Jerusalem must remain the world’s Jewish spiritual capital, not a symbol of anguish and bitterness but of trust and hope. As the Hasidic master, Rebbe Nahman of Bratslav, said, “Everything in this world has a heart; the heart itself has its own heart”.
The poet Yehuda Amichai, for whom Jerusalem was his heart and soul, wrote in one of his poems a verse that captures something of my feelings: “Jerusalem is a swing: sometimes I descend into the generations and sometimes I rise into the heavens.”
And that’s Jerusalem: a city where opposites, diversity, and change are all fused, lending it its unique character.
There is no other city in the world like Jerusalem. A city that people pine for, a city they face to pray, and for whose sake they pray, a city to which so many look up. A city that serves as a common ground but is often also a locus of friction.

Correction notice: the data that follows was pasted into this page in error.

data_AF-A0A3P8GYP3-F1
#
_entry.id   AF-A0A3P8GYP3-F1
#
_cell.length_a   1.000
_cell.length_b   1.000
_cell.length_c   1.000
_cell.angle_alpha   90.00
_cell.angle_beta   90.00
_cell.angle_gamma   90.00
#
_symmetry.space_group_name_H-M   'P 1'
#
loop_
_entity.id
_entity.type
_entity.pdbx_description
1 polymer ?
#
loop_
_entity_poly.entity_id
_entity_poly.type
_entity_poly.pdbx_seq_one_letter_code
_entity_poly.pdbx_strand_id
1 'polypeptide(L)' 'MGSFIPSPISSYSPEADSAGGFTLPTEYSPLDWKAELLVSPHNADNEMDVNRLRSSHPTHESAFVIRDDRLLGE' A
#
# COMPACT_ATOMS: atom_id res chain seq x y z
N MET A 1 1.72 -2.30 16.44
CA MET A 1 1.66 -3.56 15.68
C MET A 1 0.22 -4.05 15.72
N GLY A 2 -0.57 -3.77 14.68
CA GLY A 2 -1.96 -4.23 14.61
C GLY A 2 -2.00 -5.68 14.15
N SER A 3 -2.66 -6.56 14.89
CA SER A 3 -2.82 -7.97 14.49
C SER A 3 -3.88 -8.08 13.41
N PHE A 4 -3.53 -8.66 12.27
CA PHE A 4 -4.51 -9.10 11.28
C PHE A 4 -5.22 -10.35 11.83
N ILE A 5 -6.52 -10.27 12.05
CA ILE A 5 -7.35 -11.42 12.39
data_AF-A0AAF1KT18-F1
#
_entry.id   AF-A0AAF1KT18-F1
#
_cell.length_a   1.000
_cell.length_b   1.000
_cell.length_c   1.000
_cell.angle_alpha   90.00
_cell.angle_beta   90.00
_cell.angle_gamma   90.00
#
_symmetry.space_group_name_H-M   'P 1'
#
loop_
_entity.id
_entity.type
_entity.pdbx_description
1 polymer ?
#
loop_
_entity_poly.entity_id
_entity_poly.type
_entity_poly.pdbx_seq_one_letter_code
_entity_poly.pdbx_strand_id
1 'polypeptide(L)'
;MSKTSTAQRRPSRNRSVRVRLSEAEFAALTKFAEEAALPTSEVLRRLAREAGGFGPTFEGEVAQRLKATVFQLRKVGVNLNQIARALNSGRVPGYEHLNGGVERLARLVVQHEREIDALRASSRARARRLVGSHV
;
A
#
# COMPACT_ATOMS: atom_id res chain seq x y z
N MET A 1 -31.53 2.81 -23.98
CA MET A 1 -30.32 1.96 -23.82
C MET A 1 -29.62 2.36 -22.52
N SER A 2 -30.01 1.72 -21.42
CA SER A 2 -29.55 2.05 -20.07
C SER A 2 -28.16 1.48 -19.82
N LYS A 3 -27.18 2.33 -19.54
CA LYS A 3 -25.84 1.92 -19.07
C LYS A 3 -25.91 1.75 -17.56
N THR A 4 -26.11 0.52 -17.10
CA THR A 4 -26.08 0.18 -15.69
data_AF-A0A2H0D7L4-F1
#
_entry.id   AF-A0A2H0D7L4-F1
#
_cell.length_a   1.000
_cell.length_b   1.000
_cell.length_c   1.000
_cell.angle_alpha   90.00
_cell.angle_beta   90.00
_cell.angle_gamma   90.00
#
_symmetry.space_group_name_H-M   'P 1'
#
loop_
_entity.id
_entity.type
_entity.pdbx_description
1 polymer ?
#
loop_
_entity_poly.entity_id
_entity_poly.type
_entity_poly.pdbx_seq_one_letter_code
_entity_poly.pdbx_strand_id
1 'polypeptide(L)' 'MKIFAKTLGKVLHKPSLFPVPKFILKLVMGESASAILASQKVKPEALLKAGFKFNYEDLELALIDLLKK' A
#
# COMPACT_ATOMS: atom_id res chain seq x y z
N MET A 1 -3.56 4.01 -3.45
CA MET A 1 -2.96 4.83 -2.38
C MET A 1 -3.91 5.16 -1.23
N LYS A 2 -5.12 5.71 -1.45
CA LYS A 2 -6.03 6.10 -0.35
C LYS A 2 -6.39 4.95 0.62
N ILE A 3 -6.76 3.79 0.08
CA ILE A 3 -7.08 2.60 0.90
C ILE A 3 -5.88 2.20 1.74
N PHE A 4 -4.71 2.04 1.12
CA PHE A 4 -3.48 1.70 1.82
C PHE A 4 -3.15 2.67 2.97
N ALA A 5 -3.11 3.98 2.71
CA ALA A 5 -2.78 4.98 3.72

A city contains everything: the spirit of sanctity and the vibrancy of day-to-day life. Jerusalem is a city whose one million inhabitants reflect the entire mosaic of Israeli society and its complexity. It’s a city whose name means “peace” and has also known many wars.
Jerusalem Day symbolizes one of the formative events in the city’s history. Since Jerusalem was unified, all parts of it have been growing and developing.
Jerusalem safeguards the sovereignty of the State of Israel. It guarantees freedom of worship for members of all religions, along with a form of coexistence that does not diminish difference and tradition, bringing to light the strength of our ability to live and work together.
On Jerusalem’s festive day, a national holiday for us all, our hope is that it preserves its unique character, including the burst of renewal and growth it has experienced in recent years.